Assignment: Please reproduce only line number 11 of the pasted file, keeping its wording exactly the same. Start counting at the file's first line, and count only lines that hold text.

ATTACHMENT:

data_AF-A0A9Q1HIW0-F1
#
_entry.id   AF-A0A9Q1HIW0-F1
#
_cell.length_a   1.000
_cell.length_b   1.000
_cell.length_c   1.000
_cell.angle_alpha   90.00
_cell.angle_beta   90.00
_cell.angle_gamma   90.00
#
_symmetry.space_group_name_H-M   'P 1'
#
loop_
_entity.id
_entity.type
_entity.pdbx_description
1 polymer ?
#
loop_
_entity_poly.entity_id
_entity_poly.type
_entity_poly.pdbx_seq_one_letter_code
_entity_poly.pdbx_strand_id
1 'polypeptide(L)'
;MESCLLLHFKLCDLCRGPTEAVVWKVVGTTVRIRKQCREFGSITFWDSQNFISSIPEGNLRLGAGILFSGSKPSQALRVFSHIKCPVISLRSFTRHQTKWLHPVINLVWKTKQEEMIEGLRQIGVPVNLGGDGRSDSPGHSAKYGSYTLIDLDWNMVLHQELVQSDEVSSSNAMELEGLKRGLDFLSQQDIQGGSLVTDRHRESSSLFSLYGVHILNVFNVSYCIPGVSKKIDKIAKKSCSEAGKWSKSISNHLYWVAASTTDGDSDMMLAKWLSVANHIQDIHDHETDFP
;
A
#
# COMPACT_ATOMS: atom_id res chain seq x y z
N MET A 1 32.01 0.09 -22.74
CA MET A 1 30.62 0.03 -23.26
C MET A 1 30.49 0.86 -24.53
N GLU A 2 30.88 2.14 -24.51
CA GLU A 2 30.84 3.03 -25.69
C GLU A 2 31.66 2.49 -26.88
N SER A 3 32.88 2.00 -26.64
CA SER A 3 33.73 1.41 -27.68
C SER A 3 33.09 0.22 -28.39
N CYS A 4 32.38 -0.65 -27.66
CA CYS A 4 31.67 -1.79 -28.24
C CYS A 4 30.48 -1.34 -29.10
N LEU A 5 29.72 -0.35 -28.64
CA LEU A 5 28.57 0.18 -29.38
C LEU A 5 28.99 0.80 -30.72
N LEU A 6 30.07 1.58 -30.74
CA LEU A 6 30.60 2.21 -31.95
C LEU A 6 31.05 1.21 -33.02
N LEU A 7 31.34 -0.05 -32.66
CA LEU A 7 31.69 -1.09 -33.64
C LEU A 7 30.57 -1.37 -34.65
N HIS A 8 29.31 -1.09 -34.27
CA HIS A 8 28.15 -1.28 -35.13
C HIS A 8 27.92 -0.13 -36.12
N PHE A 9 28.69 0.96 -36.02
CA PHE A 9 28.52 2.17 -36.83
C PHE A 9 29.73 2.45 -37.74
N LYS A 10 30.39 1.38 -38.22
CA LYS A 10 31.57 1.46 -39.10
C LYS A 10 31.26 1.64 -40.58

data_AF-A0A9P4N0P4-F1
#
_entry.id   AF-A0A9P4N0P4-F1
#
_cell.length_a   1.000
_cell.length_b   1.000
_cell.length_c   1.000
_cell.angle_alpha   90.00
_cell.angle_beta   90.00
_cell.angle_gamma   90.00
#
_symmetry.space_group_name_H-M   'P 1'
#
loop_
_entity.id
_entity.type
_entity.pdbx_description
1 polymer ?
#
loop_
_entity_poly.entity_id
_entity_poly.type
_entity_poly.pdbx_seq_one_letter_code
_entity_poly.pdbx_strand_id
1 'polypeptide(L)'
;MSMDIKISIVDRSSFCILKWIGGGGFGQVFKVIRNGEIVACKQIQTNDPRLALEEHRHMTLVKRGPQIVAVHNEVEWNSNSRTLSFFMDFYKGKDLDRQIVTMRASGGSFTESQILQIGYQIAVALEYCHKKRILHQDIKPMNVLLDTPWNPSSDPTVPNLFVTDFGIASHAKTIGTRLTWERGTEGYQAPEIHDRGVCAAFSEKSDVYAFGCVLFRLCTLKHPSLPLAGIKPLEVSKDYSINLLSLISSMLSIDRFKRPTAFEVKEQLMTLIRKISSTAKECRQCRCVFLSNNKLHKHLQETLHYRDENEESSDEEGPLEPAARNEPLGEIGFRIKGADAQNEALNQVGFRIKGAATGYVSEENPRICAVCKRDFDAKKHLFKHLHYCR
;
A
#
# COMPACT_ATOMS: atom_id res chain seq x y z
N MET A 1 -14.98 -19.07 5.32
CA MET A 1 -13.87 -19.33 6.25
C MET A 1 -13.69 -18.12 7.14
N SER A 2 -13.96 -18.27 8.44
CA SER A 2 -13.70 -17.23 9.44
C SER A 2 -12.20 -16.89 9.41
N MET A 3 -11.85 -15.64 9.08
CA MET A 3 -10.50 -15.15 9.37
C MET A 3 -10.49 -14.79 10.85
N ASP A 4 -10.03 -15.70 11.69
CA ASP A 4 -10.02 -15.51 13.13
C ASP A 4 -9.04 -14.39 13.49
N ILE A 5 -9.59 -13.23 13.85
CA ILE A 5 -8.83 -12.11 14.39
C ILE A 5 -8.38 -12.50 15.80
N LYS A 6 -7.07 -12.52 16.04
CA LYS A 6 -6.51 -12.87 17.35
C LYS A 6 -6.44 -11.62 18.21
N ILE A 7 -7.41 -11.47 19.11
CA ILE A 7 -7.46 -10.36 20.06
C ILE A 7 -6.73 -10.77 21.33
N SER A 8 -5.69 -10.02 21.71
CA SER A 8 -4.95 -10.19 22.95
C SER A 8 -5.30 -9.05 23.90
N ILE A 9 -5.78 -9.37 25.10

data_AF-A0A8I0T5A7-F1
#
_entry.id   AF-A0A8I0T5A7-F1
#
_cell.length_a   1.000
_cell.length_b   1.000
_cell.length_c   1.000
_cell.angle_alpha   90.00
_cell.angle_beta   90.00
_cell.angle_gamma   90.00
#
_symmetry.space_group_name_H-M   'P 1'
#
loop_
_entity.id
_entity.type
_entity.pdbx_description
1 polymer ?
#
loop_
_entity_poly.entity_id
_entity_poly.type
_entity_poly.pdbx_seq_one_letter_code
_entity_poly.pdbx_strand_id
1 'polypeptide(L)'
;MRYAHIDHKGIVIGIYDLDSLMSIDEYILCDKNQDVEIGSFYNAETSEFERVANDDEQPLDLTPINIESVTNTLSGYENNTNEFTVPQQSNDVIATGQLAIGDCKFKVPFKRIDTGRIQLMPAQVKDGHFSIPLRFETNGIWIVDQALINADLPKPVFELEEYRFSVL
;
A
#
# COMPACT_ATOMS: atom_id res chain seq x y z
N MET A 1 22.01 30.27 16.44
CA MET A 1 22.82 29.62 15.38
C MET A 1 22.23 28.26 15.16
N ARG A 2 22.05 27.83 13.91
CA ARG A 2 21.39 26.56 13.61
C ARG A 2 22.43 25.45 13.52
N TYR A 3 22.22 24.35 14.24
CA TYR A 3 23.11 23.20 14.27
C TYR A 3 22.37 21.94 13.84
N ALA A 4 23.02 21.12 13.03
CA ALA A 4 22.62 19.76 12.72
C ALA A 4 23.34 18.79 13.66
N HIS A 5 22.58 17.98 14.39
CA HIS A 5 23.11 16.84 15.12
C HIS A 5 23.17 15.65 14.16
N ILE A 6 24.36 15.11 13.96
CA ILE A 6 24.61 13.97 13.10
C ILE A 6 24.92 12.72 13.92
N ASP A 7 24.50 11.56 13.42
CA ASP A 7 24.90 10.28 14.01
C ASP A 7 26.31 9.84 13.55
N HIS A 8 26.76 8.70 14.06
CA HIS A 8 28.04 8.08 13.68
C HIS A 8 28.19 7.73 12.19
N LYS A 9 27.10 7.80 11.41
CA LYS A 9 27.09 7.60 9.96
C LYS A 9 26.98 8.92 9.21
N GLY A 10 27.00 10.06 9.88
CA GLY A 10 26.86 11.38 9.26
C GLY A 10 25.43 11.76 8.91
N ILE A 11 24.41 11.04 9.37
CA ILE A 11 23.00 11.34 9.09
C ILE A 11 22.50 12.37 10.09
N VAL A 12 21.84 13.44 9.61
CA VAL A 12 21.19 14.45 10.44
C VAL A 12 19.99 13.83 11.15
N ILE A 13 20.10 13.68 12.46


#